Deutscher Science Fiction Preis

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Deutscher Science Fiction Preis is a German literary award. Together with the Kurd-Laßwitz-Preis, it is one of the most prestigious awards for German science fiction literature. The award was established in 1985 by the Science Fiction Club Deutschland  [ de ], a German Science Fiction society. Each year, the award is given to the best German science fiction short story and the best German novel from the previous year.

Germany Federal parliamentary republic in central-western Europe

Germany, officially the Federal Republic of Germany, is a country in Central and Western Europe, lying between the Baltic and North Seas to the north, and the Alps to the south. It borders Denmark to the north, Poland and the Czech Republic to the east, Austria and Switzerland to the south, France to the southwest, and Luxembourg, Belgium and the Netherlands to the west.

Contents

Winners

Best Novel

Herbert W. Franke is an Austrian scientist and writer. Die Zeit calls him "the most prominent German writing Science Fiction author". He is also active in the fields of future research, speleology as well as computer graphics and digital art.

Gudrun Pausewang German writer

Gudrun Pausewang is a German writer for children and teens. She is also noted in science fiction for young adult novels such as The Last Children of Schewenborn.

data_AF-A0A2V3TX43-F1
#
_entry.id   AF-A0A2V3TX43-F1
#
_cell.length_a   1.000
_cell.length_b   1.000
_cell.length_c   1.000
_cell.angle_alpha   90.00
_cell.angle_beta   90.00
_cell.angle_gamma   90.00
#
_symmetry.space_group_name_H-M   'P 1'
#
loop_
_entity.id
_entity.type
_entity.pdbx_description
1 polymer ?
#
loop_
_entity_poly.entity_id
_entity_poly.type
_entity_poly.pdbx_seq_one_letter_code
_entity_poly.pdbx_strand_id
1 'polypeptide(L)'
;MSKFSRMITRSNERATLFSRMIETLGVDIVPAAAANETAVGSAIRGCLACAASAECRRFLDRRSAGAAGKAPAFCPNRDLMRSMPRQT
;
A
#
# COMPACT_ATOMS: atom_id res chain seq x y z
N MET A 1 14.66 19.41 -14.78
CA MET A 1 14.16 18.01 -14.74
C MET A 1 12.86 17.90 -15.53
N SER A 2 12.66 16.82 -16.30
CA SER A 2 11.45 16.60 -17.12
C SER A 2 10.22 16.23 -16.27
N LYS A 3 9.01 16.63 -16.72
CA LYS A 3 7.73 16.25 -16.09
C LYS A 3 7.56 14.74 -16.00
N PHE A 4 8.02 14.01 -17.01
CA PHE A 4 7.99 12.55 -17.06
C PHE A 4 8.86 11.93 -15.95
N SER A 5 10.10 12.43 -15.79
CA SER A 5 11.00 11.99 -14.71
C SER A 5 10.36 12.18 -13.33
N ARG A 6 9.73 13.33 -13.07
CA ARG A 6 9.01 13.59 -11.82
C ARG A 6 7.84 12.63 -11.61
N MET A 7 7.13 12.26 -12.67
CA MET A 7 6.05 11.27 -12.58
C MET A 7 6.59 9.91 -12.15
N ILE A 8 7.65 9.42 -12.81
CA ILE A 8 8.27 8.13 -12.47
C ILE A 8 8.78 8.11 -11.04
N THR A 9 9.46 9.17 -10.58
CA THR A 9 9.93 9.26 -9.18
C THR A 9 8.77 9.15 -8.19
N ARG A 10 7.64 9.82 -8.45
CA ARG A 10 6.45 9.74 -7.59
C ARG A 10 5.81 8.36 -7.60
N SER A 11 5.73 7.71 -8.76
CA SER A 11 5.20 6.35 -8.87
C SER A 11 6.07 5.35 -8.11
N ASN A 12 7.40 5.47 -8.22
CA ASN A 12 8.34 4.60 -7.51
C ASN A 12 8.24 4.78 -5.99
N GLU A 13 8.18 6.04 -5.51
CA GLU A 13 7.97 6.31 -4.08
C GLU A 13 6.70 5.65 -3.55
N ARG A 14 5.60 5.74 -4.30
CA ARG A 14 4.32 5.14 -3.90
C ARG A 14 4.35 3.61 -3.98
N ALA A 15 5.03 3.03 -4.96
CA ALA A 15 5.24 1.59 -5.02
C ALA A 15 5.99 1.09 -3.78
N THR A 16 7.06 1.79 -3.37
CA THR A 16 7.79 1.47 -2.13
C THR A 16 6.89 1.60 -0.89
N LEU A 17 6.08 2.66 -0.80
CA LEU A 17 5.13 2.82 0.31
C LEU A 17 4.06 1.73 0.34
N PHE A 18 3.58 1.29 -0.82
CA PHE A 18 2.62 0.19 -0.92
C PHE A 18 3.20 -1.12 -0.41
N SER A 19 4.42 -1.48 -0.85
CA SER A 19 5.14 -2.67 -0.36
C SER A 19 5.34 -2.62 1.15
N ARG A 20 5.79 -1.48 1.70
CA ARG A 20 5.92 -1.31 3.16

Christian Mähr is an Austrian chemist and science fiction writer. His novel Fatous Staub concerns parallel worlds, computers, and the mathematical work of Pierre Fatou. It won the Deutscher Science Fiction Preis and the Kurd-Laßwitz-Preis for 1992.

Best Short Story

Wolfgang Jeschke writer, editor

Wolfgang Jeschke was a German sci-fi author and editor at Heyne Verlag. In 1987, he won the Harrison Award for international achievements in science fiction.

Gert Prokop was a German writer of science fiction and crime fiction. He spent much of his life in the former East Germany. In crime fiction one of his best known works is "Detective Pinky" about an American boy who dreams of being like Allan Pinkerton and at least one of his crime novels was filmed. His science fiction made use of social criticism and dystopian forms. In 1990 he has won the Deutscher Science Fiction Preis.

Andreas Findig was a writer who won a Deutscher Science Fiction Preis for the short story Gödel geht. He died on 6 May 2018 aged 56.

See also

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References

  1. 1 2 "Deutscher Science Fiction Preis 2015: Gewinner stehen fest". 10 May 2015. Retrieved 8 August 2015.
  2. 1 2 "Deutscher Science Fiction Preis: Die Preisträger". 26 June 2017. Retrieved 26 June 2017.
  3. 1 2 "Deutscher Science Fiction Preis DSFP 2017: Die Gewinner". 23 April 2017. Retrieved 26 June 2017.